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Joseph HAYDN (1732-1809)
Symphonies - Volume 30

Symphony No.14 in A major (c.1761-63) [15.58]
Symphony No.15 in D major (c.1760) [19.12]
Symphony No.16 in B flat major (c.1760-63) [14.36]
Symphony No.17 in F major (c.1760-62) [18.56]
Toronto Camerata/Kevin Mallon
rec. Grace Church on the Hill, Toronto, July 2004
NAXOS 8.557656 [68.42]
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We’ve now reached volume thirty in Naxos’s budget price Haydn symphonic series. Collectors will know that other bands have made substantial contributions and these include the Cologne Chamber Orchestra under Helmut Müller-Brühl, the Swedish Chamber Orchestra conducted by Béla Drahos and Sinfonia Finlandia directed by Patrick Gallois.
Toronto Camerata, which Kevin Mallon has directed on disc before, of course, is a modern instrument group but one that is versed in historically informed practice. I always find that a pompous mouthful to say, let alone write, but it has the virtue of being true.
Even at this price bracket, and even in the earlier symphonies, there are competitors. If you want a budget price box doubtless you will have considered Adam Fischer’s set of the complete symphonies with the Austro-Hungarian Haydn Orchestra, ex-Nimbus and now in a Brilliant box set. You’ll need to buy the box as the volumes are not, unlike Naxos’s, availably singly but the Brilliant price is exceptionally tempting. But that would be to overlook differences in interpretation and approach to these early symphonies and differences there certainly are.

The Toronto/Mallon performances of all four are distinguished by an airy clarity of textures and lightness of articulation. Bowing is never heavy or tensile; textures are never quasi-Romantic. The results are consistently enjoyable. 
The string sections are lissom and light on their feet, horns discreet but characterful. In the opening Allegro of the A major Fischer is more rococo than Mallon with a greater quotient of the old espressivo, and a greater masculinity and vigour. The subtly argued rhythm that underpins the andante brings with it a lighter wit in Mallon’s hands however, against which Fischer can sound a touch heavy – these are respective qualities that recur throughout their performances. The smaller string body of Mallon’s band means that the finale is full of textual clarity and Fischer’s full of manly heft.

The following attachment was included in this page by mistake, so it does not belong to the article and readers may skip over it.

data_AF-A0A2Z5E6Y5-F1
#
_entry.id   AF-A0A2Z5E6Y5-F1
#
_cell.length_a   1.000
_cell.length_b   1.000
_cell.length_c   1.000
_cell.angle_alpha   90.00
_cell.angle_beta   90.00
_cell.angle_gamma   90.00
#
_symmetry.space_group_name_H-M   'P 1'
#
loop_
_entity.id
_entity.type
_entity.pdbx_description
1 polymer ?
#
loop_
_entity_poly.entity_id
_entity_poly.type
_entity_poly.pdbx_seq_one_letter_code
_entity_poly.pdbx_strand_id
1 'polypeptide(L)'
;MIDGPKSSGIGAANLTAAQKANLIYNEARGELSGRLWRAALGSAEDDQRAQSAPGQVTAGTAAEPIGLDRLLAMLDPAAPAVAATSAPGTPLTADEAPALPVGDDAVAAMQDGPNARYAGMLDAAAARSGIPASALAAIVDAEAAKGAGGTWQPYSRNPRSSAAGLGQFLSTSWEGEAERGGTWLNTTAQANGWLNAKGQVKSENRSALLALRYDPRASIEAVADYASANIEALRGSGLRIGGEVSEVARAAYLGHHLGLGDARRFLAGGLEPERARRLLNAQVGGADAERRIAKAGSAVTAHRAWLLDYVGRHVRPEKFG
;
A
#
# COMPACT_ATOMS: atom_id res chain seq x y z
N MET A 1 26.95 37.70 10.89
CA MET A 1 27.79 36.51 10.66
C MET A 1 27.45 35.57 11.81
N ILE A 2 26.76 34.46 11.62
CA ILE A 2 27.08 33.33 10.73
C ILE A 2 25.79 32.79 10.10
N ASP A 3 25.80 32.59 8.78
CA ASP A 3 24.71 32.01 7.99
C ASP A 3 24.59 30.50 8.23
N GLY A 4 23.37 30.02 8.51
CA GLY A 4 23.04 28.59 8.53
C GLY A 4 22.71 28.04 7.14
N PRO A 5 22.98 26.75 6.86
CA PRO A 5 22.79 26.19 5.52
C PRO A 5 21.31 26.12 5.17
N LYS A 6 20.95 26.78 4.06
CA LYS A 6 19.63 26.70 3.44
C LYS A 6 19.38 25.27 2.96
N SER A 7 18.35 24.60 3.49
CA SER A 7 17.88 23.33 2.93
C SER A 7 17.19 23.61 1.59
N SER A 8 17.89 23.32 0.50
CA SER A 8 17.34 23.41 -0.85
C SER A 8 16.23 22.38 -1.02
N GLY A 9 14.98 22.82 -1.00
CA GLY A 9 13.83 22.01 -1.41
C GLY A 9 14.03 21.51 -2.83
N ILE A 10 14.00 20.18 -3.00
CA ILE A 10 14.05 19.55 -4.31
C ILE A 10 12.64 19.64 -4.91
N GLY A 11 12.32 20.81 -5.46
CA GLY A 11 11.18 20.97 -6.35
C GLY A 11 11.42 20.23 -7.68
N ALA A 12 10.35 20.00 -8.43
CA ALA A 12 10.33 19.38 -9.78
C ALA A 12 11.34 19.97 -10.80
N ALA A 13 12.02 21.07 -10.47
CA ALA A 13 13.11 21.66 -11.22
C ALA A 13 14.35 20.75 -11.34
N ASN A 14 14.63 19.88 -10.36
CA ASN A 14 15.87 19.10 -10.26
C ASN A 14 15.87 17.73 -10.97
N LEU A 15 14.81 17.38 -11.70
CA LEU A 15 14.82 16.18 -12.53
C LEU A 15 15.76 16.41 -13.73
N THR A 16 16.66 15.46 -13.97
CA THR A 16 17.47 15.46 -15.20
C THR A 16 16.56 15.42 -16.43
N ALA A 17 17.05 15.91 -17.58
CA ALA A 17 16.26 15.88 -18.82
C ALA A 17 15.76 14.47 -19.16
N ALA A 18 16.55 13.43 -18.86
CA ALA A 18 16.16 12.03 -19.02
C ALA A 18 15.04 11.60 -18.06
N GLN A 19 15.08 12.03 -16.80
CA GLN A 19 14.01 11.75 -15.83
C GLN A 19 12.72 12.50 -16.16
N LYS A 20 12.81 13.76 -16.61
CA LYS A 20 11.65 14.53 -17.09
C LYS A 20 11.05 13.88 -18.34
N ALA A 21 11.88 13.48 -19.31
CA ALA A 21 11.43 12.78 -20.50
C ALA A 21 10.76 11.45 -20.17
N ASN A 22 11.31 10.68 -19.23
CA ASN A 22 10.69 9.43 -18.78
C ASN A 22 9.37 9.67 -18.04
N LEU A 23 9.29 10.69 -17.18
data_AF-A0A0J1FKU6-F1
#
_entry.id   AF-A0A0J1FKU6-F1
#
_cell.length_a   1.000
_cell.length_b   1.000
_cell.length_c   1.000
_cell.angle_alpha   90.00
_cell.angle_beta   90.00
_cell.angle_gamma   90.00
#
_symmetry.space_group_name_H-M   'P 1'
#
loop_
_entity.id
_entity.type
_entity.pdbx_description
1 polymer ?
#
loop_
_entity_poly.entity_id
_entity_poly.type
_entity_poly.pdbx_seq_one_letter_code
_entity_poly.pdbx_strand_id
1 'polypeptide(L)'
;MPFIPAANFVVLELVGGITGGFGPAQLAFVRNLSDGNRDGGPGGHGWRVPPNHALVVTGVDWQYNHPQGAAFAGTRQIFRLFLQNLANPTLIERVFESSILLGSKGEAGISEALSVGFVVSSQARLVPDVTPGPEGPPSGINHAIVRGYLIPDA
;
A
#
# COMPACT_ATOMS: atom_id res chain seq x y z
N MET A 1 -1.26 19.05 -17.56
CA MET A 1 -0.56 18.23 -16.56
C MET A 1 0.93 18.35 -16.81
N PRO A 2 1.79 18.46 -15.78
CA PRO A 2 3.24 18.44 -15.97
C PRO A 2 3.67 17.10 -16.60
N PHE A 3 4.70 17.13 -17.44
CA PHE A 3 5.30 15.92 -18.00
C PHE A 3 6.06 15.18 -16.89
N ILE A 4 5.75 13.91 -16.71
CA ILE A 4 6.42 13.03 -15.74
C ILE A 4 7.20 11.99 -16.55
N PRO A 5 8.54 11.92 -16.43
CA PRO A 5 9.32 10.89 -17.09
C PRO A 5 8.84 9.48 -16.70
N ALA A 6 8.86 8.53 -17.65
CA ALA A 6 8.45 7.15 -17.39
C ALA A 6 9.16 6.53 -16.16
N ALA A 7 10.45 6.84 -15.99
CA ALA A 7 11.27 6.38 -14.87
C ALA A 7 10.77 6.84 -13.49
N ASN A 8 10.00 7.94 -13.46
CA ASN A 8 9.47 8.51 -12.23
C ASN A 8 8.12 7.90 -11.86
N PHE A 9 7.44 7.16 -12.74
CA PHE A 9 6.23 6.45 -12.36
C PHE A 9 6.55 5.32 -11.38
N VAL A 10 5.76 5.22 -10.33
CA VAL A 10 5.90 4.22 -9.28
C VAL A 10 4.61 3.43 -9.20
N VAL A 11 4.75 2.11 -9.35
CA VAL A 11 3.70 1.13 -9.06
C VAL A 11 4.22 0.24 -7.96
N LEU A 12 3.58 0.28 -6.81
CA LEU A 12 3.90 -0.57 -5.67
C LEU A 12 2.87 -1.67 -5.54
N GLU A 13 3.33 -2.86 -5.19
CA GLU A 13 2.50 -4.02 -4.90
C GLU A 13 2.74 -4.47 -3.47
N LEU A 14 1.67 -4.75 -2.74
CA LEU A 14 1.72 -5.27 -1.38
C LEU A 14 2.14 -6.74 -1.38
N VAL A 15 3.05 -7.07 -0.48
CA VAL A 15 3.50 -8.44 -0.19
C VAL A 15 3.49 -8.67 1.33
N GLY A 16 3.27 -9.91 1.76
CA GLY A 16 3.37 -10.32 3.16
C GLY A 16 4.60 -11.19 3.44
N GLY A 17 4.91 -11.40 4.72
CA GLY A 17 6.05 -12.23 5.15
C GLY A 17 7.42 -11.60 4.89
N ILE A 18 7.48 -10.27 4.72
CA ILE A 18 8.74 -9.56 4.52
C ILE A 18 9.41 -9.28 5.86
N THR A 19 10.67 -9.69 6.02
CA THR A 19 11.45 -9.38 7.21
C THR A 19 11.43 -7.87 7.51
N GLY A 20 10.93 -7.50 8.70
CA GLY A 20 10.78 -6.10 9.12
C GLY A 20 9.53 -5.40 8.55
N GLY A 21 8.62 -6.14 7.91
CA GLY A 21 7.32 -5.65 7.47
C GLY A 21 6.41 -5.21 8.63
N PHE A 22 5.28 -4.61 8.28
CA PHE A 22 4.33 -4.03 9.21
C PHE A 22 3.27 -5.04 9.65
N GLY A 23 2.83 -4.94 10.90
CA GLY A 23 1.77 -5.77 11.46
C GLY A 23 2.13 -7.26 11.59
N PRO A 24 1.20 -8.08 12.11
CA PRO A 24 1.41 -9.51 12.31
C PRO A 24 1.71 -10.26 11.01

In the D major Fischer sounds rather more Beechamesque with a lyricism that is almost French, almost, in fact, taking Haydn close to Grétry (specifically Zémire et Azor). Free flowing and fleeter, Mallon is deft if not quite so obviously warm, though once more his Minuet scores by virtue of the ease and lightness of his rhythmic control. Fischer chugs but Mallon flies in the opening of No.16. If I find Fischer somewhat more characterful in this three-movement work it’s the case that Mallon remains true to deftness and light articulation.  The aria-like beauty of the slow movement of the F major is perhaps more gravely expressed by Fischer though Mallon’s warmth is always evident.
In the end these are two differing philosophies, one attuned more to the historically informed, the other to the greater romantic weight of the modern chamber or symphony orchestra. Choice will depend as much on one’s affiliations in this respect as to anything else. Certainly there are few complaints with the recording. I’ve in the past found this location leads to a certain recession of sound and a lack of heft in the tuttis but things seem to be much better here.

Jonathan Woolf


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